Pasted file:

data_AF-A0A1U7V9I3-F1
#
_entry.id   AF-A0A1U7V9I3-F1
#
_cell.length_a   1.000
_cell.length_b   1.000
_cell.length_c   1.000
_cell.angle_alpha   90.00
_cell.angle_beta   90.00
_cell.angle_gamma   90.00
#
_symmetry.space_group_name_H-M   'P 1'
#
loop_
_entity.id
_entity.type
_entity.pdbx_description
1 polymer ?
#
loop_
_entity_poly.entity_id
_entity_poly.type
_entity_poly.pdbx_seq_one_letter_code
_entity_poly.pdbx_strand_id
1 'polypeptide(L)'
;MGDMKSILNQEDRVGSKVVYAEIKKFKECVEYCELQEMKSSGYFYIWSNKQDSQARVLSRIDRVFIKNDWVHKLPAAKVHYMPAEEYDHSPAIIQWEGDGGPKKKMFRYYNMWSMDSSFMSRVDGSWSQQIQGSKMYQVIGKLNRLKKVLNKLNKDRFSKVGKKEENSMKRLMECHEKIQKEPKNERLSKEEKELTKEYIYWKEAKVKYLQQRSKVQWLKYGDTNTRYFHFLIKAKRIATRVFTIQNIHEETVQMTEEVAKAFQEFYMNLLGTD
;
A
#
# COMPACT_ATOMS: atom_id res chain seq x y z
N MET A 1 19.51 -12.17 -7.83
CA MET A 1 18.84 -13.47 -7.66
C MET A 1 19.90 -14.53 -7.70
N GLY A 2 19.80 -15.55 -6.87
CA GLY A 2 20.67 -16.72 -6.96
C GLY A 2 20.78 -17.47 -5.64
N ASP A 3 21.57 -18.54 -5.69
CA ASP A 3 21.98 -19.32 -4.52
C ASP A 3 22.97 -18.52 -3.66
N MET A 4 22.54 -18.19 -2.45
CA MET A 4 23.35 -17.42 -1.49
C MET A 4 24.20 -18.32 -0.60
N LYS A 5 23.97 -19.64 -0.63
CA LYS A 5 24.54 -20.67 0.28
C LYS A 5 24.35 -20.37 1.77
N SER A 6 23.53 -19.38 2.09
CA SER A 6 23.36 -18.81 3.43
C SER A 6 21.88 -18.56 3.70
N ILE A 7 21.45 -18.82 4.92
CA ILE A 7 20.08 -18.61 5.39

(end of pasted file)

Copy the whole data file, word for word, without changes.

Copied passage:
data_AF-A0A1U7V9I3-F1
#
_entry.id   AF-A0A1U7V9I3-F1
#
_cell.length_a   1.000
_cell.length_b   1.000
_cell.length_c   1.000
_cell.angle_alpha   90.00
_cell.angle_beta   90.00
_cell.angle_gamma   90.00
#
_symmetry.space_group_name_H-M   'P 1'
#
loop_
_entity.id
_entity.type
_entity.pdbx_description
1 polymer ?
#
loop_
_entity_poly.entity_id
_entity_poly.type
_entity_poly.pdbx_seq_one_letter_code
_entity_poly.pdbx_strand_id
1 'polypeptide(L)'
;MGDMKSILNQEDRVGSKVVYAEIKKFKECVEYCELQEMKSSGYFYIWSNKQDSQARVLSRIDRVFIKNDWVHKLPAAKVHYMPAEEYDHSPAIIQWEGDGGPKKKMFRYYNMWSMDSSFMSRVDGSWSQQIQGSKMYQVIGKLNRLKKVLNKLNKDRFSKVGKKEENSMKRLMECHEKIQKEPKNERLSKEEKELTKEYIYWKEAKVKYLQQRSKVQWLKYGDTNTRYFHFLIKAKRIATRVFTIQNIHEETVQMTEEVAKAFQEFYMNLLGTD
;
A
#
# COMPACT_ATOMS: atom_id res chain seq x y z
N MET A 1 19.51 -12.17 -7.83
CA MET A 1 18.84 -13.47 -7.66
C MET A 1 19.90 -14.53 -7.70
N GLY A 2 19.80 -15.55 -6.87
CA GLY A 2 20.67 -16.72 -6.96
C GLY A 2 20.78 -17.47 -5.64
N ASP A 3 21.57 -18.54 -5.69
CA ASP A 3 21.98 -19.32 -4.52
C ASP A 3 22.97 -18.52 -3.66
N MET A 4 22.54 -18.19 -2.45
CA MET A 4 23.35 -17.42 -1.49
C MET A 4 24.20 -18.32 -0.60
N LYS A 5 23.97 -19.64 -0.63
CA LYS A 5 24.54 -20.67 0.28
C LYS A 5 24.35 -20.37 1.77
N SER A 6 23.53 -19.38 2.09
CA SER A 6 23.36 -18.81 3.43
C SER A 6 21.88 -18.56 3.70
N ILE A 7 21.45 -18.82 4.92
CA ILE A 7 20.08 -18.61 5.39